• ColombiaChe Guevara era ends: FARC ratifies Colombia peace accord, ending 52-year war

    Colombia’s FARC rebel group on Thursday voted unanimously to approve a peace deal with the government, officially declaring an end to the 52-year war. The insurgent group now prepares to transform itself into a new political party. The title of one article offering an analysis of the momentous even captured it all: “Che Guevara era closes as Latin America’s oldest guerrilla army calls it a day.” “This is an agreement with the last of the great guerrilla movements that emerged in the context of the cold war,” says one expert. “There might be other episodes, but strategically the armed project, the armed utopia, is closing its cycle with FARC.”

  • ColombiaWill Colombia’s peace deal get the people’s vote?

    By Jennifer Lynn McCoy

    On 26 September 2016, the Colombian government and the Fuerzas Armadas Revolucionarias de Colombia (FARC) will sign a formal agreement to end fifty years of conflict. The agreement is precedent-setting in several ways. It will be the first negotiated end to a civil conflict in the world under the new international standards of the 2002 Rome Statutes to hold accountable armed combatants who commit grave human rights abuses. It will also be the first peace process to have included victims at the negotiating table. In another innovation, it extends the special justice system to other sectors of the society beyond the FARC, such as civilian sponsors and financiers of paramilitary forces, as well as the government’s security forces. Finally, it will be the first end to a civil war that does not rely primarily on amnesty for all sides, but instead provides new forms of restorative justice. This is a compromise effort to reach peace while also holding perpetrators of human rights abuses accountable, and I believe could serve as a model for the world.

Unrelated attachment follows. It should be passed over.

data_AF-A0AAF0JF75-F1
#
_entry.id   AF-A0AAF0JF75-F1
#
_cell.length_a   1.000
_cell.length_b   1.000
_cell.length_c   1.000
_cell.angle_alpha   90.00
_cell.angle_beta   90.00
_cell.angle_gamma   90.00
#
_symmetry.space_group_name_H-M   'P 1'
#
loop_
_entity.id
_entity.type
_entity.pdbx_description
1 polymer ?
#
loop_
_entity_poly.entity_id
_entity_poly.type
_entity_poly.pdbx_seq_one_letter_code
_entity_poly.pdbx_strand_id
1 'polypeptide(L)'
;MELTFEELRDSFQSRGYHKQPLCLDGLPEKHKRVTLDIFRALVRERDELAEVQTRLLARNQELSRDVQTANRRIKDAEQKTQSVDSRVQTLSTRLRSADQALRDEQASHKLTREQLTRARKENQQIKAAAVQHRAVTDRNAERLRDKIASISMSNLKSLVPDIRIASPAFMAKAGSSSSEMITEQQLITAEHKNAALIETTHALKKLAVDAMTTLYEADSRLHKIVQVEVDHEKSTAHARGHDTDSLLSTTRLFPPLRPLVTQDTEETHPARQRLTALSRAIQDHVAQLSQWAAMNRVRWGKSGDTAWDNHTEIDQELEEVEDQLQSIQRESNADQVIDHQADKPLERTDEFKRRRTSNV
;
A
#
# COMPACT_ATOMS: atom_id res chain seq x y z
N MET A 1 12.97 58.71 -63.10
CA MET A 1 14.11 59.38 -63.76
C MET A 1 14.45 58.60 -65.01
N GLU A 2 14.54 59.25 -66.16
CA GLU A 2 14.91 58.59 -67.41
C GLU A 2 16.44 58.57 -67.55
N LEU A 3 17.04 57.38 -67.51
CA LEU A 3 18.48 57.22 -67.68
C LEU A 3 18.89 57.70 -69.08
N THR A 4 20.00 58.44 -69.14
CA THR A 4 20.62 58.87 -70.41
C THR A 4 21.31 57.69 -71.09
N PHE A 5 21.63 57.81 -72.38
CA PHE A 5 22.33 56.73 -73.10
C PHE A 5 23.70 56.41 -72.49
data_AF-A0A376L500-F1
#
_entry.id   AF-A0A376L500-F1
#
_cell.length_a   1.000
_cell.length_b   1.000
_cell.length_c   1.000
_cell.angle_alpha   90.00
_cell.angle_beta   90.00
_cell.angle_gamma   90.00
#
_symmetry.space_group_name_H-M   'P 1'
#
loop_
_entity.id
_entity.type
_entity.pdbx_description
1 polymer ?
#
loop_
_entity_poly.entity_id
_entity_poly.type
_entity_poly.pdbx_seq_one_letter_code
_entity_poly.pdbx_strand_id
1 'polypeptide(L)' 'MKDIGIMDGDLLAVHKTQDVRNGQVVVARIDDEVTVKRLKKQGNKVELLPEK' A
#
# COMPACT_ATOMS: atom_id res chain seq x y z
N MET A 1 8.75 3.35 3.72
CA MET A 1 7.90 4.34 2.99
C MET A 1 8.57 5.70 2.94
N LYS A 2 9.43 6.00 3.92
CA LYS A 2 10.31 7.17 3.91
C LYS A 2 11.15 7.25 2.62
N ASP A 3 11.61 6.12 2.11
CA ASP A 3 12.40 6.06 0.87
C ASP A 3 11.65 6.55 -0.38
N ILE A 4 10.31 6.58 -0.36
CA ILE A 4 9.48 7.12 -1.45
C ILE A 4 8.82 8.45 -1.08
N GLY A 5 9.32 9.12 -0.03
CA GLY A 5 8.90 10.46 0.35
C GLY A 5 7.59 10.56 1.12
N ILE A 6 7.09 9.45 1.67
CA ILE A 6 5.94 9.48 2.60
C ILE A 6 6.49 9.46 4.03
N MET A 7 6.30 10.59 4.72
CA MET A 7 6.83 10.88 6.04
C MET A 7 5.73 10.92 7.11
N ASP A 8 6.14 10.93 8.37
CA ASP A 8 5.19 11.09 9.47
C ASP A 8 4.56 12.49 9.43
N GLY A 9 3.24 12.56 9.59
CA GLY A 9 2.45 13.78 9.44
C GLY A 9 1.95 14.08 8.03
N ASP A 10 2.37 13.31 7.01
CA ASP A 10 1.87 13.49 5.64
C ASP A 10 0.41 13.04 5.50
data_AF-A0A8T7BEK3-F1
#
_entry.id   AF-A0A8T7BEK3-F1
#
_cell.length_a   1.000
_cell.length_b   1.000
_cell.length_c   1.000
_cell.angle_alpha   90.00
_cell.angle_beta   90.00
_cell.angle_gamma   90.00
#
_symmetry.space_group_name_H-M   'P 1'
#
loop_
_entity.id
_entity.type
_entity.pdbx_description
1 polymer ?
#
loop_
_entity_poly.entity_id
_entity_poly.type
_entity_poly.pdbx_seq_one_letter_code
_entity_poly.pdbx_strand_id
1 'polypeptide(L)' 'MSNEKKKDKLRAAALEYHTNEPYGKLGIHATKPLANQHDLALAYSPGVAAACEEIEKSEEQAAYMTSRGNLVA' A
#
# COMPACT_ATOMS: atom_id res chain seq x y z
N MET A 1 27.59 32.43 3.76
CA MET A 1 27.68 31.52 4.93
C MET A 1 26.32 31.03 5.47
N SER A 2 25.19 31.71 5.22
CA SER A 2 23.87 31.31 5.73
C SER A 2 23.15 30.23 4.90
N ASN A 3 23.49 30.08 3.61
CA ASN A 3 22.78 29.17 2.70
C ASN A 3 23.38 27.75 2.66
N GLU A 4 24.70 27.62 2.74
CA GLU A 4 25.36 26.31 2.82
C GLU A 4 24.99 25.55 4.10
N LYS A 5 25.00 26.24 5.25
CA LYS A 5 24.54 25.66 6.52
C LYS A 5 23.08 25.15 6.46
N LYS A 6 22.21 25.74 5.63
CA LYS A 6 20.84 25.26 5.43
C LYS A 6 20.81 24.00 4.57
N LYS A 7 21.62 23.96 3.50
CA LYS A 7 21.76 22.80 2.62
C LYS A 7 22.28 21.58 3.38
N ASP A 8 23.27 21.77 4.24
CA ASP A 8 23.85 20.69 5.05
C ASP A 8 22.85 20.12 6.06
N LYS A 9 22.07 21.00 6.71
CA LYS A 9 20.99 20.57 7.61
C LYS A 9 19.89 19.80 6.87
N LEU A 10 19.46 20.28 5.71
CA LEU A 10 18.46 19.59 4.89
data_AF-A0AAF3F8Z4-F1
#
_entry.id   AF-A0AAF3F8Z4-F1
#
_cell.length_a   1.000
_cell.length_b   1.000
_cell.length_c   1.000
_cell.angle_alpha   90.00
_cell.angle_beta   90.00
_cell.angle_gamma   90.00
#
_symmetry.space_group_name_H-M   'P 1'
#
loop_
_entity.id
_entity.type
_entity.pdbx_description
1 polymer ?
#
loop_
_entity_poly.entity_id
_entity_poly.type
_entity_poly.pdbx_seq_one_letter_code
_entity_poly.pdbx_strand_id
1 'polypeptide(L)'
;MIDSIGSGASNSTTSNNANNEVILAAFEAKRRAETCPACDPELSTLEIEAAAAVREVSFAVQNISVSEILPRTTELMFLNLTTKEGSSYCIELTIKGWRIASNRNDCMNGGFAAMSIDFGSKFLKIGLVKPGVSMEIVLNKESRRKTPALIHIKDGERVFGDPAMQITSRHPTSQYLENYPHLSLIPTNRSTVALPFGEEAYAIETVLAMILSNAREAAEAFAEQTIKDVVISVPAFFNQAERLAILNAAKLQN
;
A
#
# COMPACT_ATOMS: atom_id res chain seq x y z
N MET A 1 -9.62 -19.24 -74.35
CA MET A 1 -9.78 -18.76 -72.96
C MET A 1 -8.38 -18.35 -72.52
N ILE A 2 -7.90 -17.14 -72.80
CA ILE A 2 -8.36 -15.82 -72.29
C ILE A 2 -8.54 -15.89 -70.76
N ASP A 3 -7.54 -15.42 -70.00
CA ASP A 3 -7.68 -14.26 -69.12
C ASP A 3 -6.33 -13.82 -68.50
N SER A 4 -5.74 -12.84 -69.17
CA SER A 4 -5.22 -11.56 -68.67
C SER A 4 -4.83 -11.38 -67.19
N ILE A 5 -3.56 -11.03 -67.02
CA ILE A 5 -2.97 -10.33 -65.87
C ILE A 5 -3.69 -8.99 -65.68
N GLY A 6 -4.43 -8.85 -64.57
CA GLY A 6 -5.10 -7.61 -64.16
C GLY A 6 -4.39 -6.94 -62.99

• view counter
  • Water securityAbnormalities found in drinking water in Texas’s Eagle Ford Shale region

    Chemists studying well water quality in the Texas’s Eagle Ford Shale region found some abnormal chloride/bromide ratios, alongside evidence of dissolved gases and sporadic episodes of volatile organic compounds, all indicative of some contamination from industrial or agricultural activities in the area.

  • Terror designationAdviser to EU top court recommends removing Hamas, Tamil Tigers from EU terror watch list

    The advocate-general of the European Court of Justice on Thursday advised the court that Hamas and the Tamil Tigers should be removed from the EU’s terror list. He emphasized that the recommendation is the result of his conclusion that the EU governments followed an improper procedures when they decided to add the two groups to the organization’s terror watch list.

  • Water securityRadioactive wastewater enters Florida major aquifer after huge sinkhole opens up below fertilizer plant

    At least 980 million liters of highly contaminated water — including radioactive substances – has leaked into one of Florida’s largest sources of drinking water. The leak was caused by a huge sinkhole which opened up beneath a fertilizer plant near Tampa. The sinkhole caused highly contaminated waste water to pass into an aquifer which supplies much of the state. The waste water contained phosphogypsum, a by-product of fertilizer production, which contains naturally occurring uranium and radium. the Floridan aquifer aquifer underlies all of Florida and extends into southern Alabama, Georgia, and South Carolina, supplying groundwater to the cities of Tallahassee, Jacksonville, Gainesville, Orlando, Daytona Beach, Tampa, and St Petersburg.